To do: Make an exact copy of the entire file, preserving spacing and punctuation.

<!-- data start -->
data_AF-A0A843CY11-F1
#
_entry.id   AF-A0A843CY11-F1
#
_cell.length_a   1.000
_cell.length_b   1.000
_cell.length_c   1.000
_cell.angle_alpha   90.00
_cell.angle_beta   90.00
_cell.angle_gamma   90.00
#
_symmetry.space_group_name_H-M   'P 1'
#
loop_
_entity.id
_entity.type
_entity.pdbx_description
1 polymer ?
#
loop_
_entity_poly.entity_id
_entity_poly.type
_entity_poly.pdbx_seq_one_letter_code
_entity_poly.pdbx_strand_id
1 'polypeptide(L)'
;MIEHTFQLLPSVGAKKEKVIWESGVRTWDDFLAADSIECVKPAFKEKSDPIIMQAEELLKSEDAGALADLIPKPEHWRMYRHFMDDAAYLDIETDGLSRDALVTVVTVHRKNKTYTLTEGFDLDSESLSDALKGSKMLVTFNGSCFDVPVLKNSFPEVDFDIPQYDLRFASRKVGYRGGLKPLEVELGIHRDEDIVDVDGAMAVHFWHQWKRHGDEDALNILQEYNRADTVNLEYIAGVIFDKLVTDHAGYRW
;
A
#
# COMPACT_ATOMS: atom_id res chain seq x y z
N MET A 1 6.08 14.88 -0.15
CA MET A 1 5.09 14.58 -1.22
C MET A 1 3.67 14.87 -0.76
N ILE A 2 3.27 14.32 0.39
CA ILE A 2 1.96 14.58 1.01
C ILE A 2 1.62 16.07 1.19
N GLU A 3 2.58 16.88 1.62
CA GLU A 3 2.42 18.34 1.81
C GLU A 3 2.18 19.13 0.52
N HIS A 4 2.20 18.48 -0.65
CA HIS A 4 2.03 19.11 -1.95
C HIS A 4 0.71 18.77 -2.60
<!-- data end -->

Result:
data_AF-A0A843CY11-F1
#
_entry.id   AF-A0A843CY11-F1
#
_cell.length_a   1.000
_cell.length_b   1.000
_cell.length_c   1.000
_cell.angle_alpha   90.00
_cell.angle_beta   90.00
_cell.angle_gamma   90.00
#
_symmetry.space_group_name_H-M   'P 1'
#
loop_
_entity.id
_entity.type
_entity.pdbx_description
1 polymer ?
#
loop_
_entity_poly.entity_id
_entity_poly.type
_entity_poly.pdbx_seq_one_letter_code
_entity_poly.pdbx_strand_id
1 'polypeptide(L)'
;MIEHTFQLLPSVGAKKEKVIWESGVRTWDDFLAADSIECVKPAFKEKSDPIIMQAEELLKSEDAGALADLIPKPEHWRMYRHFMDDAAYLDIETDGLSRDALVTVVTVHRKNKTYTLTEGFDLDSESLSDALKGSKMLVTFNGSCFDVPVLKNSFPEVDFDIPQYDLRFASRKVGYRGGLKPLEVELGIHRDEDIVDVDGAMAVHFWHQWKRHGDEDALNILQEYNRADTVNLEYIAGVIFDKLVTDHAGYRW
;
A
#
# COMPACT_ATOMS: atom_id res chain seq x y z
N MET A 1 6.08 14.88 -0.15
CA MET A 1 5.09 14.58 -1.22
C MET A 1 3.67 14.87 -0.76
N ILE A 2 3.27 14.32 0.39
CA ILE A 2 1.96 14.58 1.01
C ILE A 2 1.62 16.07 1.19
N GLU A 3 2.58 16.88 1.62
CA GLU A 3 2.42 18.34 1.81
C GLU A 3 2.18 19.13 0.52
N HIS A 4 2.20 18.48 -0.65
CA HIS A 4 2.03 19.11 -1.95
C HIS A 4 0.71 18.77 -2.60